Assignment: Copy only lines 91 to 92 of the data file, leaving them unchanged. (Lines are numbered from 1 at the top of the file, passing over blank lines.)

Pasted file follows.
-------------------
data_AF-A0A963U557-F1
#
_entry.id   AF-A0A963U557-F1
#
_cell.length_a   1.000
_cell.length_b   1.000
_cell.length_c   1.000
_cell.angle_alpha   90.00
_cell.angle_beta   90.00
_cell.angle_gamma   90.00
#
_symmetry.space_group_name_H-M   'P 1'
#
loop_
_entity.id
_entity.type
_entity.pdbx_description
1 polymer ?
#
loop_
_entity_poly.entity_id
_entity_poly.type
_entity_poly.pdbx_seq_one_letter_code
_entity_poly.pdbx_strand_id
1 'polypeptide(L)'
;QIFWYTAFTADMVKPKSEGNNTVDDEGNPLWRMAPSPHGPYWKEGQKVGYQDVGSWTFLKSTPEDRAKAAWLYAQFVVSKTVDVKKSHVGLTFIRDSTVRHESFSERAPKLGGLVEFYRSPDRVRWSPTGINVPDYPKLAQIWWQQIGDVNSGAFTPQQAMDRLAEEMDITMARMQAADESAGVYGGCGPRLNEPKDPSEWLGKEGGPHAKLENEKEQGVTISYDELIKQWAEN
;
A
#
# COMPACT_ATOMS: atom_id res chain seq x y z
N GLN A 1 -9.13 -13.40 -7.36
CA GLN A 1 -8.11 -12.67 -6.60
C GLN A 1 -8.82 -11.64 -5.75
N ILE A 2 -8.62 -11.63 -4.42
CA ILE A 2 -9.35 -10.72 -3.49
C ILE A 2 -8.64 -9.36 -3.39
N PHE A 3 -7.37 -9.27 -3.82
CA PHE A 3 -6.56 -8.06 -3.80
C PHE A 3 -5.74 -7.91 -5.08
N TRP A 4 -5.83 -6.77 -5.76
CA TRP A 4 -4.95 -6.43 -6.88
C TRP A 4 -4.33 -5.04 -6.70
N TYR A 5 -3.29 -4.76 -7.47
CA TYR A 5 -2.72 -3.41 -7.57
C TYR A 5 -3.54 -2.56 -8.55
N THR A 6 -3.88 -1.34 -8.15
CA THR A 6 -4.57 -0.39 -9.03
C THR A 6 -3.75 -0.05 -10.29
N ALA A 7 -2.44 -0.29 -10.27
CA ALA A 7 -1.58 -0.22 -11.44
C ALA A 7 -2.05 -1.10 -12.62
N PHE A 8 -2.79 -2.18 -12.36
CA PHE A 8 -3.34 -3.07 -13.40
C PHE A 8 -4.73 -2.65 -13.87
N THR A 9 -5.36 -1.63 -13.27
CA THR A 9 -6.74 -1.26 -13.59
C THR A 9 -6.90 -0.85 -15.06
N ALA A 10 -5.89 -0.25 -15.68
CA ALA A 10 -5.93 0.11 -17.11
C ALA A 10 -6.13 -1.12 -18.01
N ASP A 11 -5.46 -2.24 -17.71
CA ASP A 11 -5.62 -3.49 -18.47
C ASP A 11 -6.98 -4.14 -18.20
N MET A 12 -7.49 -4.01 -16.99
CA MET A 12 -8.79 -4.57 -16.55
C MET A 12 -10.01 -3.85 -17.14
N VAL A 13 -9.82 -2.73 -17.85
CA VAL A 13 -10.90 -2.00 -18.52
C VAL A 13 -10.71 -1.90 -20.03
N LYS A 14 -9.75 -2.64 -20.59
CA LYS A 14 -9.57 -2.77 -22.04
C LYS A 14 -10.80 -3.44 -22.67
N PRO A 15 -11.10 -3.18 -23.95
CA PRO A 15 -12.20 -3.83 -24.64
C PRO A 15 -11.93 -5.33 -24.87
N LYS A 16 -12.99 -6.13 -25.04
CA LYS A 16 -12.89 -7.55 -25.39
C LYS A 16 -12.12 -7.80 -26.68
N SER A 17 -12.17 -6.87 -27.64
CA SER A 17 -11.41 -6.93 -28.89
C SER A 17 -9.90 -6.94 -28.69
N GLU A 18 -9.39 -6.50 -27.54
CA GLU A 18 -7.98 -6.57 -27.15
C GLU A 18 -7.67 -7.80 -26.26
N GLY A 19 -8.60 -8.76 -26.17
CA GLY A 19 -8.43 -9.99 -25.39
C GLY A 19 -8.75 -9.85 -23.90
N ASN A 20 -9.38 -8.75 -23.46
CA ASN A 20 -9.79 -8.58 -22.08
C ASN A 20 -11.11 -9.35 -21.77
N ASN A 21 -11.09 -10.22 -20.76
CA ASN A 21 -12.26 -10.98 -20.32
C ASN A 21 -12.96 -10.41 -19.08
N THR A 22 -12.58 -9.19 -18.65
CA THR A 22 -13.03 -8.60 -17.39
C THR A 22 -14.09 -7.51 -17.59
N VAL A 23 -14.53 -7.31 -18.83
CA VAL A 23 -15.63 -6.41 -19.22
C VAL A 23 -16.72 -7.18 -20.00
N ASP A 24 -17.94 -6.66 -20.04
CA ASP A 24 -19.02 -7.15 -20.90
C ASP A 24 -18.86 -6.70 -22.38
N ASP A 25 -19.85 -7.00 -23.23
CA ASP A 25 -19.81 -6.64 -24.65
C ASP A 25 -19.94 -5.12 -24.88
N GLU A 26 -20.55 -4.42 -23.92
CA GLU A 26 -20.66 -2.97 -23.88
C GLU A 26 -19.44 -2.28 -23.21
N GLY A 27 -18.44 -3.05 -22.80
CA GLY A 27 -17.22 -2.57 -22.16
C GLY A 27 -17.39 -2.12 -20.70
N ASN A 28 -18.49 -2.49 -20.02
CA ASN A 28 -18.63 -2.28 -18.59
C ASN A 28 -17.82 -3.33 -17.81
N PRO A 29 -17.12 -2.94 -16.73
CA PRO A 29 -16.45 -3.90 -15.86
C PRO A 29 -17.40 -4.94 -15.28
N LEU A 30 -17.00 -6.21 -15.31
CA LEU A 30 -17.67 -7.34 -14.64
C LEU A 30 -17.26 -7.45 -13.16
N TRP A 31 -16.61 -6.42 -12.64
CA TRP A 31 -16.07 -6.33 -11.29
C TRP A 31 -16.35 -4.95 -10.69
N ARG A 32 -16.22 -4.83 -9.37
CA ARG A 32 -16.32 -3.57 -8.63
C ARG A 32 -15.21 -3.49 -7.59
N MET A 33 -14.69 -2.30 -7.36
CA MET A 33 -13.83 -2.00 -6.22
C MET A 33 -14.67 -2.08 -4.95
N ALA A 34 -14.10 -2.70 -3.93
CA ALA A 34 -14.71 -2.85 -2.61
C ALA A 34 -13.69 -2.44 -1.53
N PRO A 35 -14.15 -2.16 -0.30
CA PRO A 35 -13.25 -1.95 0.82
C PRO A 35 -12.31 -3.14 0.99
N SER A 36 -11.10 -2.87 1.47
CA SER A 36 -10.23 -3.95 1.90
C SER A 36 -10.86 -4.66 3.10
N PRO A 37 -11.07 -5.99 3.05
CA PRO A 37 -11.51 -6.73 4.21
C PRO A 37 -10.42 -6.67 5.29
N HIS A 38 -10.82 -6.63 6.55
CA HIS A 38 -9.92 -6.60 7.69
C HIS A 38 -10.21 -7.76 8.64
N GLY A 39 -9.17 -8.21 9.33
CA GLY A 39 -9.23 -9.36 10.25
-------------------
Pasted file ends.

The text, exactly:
N ASN A 21 -11.09 -10.22 -20.76
CA ASN A 21 -12.26 -10.98 -20.32